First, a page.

What is odd is that so many Americans have taken to the streets or massed in airports across the country in effect to protest on behalf of Iran’s right to spy on America, especially perhaps Iranian-Americans. Southern California is home of the largest concentration of Iranian-Americans, with 300,000-500,000 in Los Angeles itself, and perhaps another 300,000 in surrounding areas. It is an extremely successful and largely conservative community, many of them second and third generation Americans whose ancestors fled the 1979 revolution and are therefore opposed to the clerical regime. And it is partly this community against which Iranian spies, whether the Ministry of Intelligence and Security or the Islamic Revolutionary Guard Corps, are collecting intelligence.

There is no doubt that many if not most of the Iranians seeking to travel to the United States or live here would contribute just as vitally to the social and cultural fabric of America. But some would not. The reality is that the Iranians for whom it most easy to leave Iran are connected to the regime. Which Iranians, with lots of money and connections, gets to come to America with no questions asked at point of departure? Regime intellectuals, like Seyed Hossein Mousavian, who from his perch at Princeton University served, as some wags have described it, as the Islamic Republic’s envoy to gullible American academics.

The regime likes to chant “Death to America” but sends many of its children to earn degrees from the Great Satan. President Rouhani’s niece did her undergraduate work at Columbia. The son of Iran’s foreign minister, Javad Zarif, and the nephew of the deputy foreign minister, Seyed Abbas Araghchi, earned their degrees, as Foundation for Defense of Democracies senior fellow Emanuele Ottolenghi explained, at the taxpayer-funded City University of New York.

The standard State Department-style explanation for granting visas and even green cards to Iranian officials, their allies and children, is that showing them an open America might allow them to shape Iranian policy for their better. Doubtful. The reality is that we’ve given room to figures like Moussavian to put a human face on a monstrous regime that has American blood on its hands and regularly targets our allies—from Israel to Saudi Arabia—with terrorism.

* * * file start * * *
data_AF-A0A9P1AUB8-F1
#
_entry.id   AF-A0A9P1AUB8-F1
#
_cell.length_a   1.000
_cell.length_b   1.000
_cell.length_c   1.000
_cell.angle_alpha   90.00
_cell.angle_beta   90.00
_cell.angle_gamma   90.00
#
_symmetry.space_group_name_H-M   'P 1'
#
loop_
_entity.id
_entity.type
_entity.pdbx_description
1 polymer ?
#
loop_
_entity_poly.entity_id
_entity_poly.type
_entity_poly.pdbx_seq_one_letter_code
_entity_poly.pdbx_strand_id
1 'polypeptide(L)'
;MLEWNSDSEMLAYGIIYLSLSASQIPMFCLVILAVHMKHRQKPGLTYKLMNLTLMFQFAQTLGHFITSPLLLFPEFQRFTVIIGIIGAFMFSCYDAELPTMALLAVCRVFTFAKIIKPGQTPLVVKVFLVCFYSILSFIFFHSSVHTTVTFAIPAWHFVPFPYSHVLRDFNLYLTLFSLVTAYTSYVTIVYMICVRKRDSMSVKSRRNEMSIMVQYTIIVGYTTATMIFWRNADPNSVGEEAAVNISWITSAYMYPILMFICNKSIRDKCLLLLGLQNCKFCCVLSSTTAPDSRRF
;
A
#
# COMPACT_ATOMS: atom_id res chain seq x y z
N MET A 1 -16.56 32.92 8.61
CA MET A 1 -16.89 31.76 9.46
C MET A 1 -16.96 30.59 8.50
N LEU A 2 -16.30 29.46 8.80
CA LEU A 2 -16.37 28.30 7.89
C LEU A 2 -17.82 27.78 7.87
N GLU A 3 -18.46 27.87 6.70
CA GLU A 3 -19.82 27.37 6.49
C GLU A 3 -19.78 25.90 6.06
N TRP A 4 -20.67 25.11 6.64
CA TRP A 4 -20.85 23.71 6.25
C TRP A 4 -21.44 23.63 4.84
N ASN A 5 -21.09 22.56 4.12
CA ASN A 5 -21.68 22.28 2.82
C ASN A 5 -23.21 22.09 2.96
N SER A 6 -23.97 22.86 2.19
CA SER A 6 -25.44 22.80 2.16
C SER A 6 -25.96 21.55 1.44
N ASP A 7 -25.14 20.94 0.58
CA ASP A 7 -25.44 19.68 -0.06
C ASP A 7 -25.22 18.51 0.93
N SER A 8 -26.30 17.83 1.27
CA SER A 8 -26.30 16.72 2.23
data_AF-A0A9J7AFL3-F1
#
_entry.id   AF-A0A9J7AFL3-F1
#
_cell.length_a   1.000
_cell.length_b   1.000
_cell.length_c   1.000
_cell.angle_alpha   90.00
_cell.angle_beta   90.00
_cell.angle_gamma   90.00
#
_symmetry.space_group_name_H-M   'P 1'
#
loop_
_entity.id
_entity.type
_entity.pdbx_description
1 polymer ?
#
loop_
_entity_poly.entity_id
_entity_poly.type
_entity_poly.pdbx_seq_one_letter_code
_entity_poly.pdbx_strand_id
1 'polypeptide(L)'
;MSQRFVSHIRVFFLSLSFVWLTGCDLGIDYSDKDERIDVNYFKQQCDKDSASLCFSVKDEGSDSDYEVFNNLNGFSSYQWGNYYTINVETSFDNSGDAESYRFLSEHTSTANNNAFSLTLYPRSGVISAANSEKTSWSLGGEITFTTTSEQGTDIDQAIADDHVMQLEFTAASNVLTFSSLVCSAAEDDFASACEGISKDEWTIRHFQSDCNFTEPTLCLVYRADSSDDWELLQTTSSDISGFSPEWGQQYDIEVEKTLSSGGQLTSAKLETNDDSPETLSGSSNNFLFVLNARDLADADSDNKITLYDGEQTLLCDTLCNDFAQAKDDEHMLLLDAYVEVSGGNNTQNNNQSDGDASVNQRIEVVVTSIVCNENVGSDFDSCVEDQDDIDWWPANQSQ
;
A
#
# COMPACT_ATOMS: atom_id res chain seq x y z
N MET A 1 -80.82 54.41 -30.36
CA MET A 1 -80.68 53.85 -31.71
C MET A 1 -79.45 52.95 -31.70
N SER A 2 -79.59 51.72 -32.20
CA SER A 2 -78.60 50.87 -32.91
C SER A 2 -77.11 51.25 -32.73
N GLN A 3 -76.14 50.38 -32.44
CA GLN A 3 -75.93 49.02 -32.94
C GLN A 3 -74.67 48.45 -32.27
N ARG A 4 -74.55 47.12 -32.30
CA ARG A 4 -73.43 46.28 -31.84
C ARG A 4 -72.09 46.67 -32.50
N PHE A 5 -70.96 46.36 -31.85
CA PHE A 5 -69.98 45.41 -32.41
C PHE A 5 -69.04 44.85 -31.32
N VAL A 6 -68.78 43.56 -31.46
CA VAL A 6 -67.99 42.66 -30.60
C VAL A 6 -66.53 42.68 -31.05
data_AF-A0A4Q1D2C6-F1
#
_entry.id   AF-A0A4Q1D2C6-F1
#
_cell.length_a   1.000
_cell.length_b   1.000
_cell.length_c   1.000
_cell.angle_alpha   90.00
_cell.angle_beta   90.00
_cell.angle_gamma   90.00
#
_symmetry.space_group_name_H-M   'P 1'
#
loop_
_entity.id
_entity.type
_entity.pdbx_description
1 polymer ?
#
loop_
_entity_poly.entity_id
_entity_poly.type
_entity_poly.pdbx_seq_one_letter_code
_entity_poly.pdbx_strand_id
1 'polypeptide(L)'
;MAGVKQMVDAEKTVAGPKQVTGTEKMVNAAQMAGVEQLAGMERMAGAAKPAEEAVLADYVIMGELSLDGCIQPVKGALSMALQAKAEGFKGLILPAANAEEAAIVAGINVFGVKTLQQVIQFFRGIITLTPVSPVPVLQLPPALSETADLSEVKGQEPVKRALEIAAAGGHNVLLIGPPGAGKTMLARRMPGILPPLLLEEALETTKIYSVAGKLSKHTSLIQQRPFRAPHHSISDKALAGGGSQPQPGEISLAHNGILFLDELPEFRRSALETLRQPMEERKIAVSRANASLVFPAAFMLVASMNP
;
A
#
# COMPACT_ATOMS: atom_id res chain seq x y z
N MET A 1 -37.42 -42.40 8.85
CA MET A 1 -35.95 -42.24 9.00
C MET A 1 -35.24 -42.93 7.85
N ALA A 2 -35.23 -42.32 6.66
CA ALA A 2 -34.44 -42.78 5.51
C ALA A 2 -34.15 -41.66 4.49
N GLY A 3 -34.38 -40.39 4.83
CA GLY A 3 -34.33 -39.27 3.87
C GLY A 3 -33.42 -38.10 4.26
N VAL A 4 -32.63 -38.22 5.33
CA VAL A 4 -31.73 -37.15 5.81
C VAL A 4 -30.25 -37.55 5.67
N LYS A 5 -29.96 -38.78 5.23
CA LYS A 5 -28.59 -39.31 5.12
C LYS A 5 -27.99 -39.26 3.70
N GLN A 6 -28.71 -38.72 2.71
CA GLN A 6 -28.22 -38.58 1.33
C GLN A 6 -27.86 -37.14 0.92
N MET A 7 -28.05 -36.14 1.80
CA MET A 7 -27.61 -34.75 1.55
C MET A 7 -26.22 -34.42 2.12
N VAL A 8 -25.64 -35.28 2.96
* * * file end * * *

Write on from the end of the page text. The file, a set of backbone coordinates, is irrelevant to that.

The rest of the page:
And here is a key point for those many Americans generously and honestly protesting on behalf of Muslims. It’s not just that the Iranian regime has assisted Bashar al-Assad in his campaign of sectarian cleansing against Sunni Arabs in Syria—the regime also murders its own people. What kind of message are we sending to Iranians under the yoke of the regime that we are rewarding those who trample them by issuing them visas and green cards making room in our universities for their children? There is nothing moral about privileging rapists, torturers, murderers, and their children. It’s better for decent Iranians as well as the United States to find out who Iran is sending to America, and to discriminate against the regime and its beneficiaries.

Just today, Representatives Peter Roskam (R-IL), Lee Zeldin (R-NY), Leonard Lance (R-NJ), and Doug Lamborn (R-CO) introduced the Iran Nonnuclear Sanctions Act of 2017 to target the Islamic Republic’s support for terrorism, its human rights abuses, and ballistic missile program. It’s unlikely the Trump administration will block Iran non-nuclear sanctions, as its predecessor did. Instead, it appears that the new White House will pressure Iran, which will include the kind of rigorous enforcement of the Joint Comprehensive Plan of Action the Obama administration balked at.

As for Iran, presumably, both the Houthi attack on the Saudi ship as well as the ballistic missile test are part of how it intends to probe the new White House, trying to discover the new parameters of U.S.-Iran relations. Perhaps the Iranians believe that Trump is already on the defensive. With protests around the country over the executive order, Tehran might assume, the last thing the new White House wants is conflict with a Muslim country.

If Iran believes that it alone defines the nature of the relationship, as it did with the Obama administration, this might turn out to be a very dangerous assessment. It is true the regime in Tehran is not irrational, for the simple fact is that no ruling order ever seeks its own demise. And yet history is nothing but the chronicle of regimes that gambled wrong, that miscalculated its own power and that of its adversary.